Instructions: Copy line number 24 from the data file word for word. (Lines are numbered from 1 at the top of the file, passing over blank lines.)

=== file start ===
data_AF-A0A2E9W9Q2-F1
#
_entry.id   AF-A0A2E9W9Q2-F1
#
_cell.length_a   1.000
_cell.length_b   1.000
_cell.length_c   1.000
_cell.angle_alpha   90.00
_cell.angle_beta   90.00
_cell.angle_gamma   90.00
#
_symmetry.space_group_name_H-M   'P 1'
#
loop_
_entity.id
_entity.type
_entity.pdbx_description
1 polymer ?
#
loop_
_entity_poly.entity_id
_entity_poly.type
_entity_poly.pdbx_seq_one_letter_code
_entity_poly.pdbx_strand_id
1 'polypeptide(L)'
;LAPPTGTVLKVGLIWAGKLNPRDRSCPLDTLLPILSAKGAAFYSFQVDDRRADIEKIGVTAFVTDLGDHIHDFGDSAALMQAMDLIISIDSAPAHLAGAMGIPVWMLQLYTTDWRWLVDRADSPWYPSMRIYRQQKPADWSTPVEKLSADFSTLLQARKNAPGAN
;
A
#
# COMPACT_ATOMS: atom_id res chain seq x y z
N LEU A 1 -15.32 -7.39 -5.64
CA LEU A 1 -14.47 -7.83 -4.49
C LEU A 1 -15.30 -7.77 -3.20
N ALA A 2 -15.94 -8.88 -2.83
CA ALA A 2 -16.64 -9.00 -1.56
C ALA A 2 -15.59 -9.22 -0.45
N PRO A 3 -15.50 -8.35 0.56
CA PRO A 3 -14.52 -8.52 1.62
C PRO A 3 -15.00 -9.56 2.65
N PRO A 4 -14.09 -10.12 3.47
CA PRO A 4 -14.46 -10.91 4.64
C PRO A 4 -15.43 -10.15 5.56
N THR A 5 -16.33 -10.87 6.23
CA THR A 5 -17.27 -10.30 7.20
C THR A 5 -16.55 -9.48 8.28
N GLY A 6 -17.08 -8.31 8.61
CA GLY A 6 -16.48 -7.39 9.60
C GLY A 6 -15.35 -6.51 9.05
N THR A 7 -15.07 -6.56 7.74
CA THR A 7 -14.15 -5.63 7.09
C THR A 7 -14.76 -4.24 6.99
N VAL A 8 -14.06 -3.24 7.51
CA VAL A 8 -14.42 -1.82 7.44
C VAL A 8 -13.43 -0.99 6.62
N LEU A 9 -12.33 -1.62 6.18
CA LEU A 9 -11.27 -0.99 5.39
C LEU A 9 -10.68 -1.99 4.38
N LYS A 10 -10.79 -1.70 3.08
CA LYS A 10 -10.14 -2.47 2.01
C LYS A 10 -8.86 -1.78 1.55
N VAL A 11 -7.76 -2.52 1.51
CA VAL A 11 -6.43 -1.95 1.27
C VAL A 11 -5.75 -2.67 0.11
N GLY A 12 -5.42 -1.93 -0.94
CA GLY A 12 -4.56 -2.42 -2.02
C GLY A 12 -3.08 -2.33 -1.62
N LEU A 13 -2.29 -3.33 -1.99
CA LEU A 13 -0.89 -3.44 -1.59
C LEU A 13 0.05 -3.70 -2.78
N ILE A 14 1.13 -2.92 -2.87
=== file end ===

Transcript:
_entity_poly.pdbx_strand_id